I think Pat Robertson is a totally despicable, slimy individual. The more despicable because he manipulates to his behalf and the people who sponsor him, the deepest psychological mechanisms of our species in order for his listeners to support policies which are harmful to them.

Pat Robertson, like a pedophile priest, is a person who causes people to hold religion in contempt. If Robertson were in fact a Christian, as he so loudly proclaims, he would tremble in fear of this saying:
"It would be better for him if a millstone were hung around his neck, and he were thrown into the sea, rather than that he should cause one of these little ones to lose faith." Luke 17:2
So much for Robertson, lets get on with religion.

Part of the problem a lot of people have with all of this is one of language.

Most of the language used to describe religious thought comes wrapped in an obscure, if evocative, way of speaking originating before the scientific revolution. For example, it sounds strange to modern ears when King Solomon says, "The fear of God is the beginning of Wisdom" but when translated into modern, post-scientific revolution  language it can seem more relevant.  I'm sure any pale and sweating financial analyst with any sense that survived  the days when Lehman Brothers went down, would agree with the statement. "humility in the face of unknowable unknowns is a good risk strategy"... The two statements are basically the same.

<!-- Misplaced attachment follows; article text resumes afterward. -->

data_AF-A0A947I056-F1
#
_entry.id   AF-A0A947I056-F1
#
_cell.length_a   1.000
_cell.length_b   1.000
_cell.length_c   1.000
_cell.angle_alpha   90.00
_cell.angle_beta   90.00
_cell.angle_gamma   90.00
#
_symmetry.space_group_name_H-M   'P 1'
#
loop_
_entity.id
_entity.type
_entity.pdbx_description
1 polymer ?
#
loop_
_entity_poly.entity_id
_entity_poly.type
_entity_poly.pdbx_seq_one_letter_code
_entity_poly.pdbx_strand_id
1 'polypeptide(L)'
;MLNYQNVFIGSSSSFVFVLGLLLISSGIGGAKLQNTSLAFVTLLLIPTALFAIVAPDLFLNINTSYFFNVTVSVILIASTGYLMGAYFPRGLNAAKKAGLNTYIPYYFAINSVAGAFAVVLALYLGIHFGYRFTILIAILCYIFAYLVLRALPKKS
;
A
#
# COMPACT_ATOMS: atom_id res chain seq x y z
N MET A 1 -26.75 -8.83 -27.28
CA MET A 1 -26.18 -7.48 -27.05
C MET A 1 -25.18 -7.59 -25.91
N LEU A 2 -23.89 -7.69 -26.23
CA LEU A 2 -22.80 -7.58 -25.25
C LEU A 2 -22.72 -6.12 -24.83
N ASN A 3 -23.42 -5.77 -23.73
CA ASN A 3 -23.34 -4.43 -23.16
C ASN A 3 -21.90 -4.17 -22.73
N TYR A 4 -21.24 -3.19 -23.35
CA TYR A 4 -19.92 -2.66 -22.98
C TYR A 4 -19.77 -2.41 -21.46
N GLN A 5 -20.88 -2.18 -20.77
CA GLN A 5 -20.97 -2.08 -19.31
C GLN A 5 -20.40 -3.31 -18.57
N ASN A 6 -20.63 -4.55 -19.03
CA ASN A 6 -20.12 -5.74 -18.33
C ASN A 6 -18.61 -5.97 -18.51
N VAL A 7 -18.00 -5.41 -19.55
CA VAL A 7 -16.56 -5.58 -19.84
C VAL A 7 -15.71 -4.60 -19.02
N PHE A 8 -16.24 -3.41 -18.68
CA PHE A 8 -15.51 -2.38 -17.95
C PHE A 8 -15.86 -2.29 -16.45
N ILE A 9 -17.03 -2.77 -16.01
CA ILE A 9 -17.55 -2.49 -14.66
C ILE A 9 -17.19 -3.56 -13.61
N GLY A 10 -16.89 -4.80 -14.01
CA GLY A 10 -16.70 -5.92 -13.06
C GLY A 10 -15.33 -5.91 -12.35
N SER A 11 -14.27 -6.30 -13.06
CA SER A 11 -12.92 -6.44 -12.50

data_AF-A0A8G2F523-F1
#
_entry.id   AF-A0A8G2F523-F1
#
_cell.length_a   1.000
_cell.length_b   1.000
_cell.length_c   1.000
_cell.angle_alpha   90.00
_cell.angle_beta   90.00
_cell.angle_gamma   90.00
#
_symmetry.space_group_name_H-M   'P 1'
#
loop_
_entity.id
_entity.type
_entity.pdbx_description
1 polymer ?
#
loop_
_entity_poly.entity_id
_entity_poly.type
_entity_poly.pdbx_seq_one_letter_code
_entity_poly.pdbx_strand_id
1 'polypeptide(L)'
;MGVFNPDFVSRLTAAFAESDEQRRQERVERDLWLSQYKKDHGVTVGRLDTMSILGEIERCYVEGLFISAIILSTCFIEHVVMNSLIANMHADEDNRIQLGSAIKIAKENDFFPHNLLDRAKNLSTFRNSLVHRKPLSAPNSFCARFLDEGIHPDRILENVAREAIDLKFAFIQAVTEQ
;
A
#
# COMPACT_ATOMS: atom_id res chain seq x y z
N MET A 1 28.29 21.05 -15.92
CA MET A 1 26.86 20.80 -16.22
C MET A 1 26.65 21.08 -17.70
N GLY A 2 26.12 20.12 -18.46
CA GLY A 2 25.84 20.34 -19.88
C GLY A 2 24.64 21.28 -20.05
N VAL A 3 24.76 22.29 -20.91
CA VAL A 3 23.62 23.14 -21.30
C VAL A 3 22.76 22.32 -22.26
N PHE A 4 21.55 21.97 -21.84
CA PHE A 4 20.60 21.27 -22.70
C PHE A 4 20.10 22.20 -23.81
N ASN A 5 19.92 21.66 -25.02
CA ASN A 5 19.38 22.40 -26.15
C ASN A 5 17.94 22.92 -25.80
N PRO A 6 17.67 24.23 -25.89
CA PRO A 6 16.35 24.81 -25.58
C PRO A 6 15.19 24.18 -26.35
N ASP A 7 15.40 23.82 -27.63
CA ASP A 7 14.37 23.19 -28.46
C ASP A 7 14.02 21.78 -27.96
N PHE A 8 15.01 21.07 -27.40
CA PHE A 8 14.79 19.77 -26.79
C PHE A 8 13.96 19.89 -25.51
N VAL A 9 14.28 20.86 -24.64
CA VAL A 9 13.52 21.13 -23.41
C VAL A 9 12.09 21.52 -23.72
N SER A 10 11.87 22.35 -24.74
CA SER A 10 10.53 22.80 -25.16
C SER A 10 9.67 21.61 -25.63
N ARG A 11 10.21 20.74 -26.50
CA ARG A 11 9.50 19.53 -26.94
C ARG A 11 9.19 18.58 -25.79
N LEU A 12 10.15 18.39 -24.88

When a devout Muslim says, "see you tomorrow" and then adds, "inshallah" or when a traditional Spaniard, says, "hasta mañana"  and  adds, "si Díos quiere", they are both simply recognizing the mystery that tomorrow holds for us all. I'm sure that most of those 200,000 Haitians buried under the rubble were full of plans for what they were going to do next week.   As my grandmother would have said, "there but for the grace of God go I".                          

The place in the human spirit or psyche where religion is born or "invented", if you will, is the most delicate and fertile in our makeup. Not only is religion born there, so is art, poetry and music and of course our dreams. Probably the best Sherpa for this mountain would be Carl Gustav Jung. But Marx will also serve to cast some light. Karl Mark's famous "opium" remark has been much misquoted in this regard, in fact what he said is full of compassion, humanity and understanding. This is the full quote: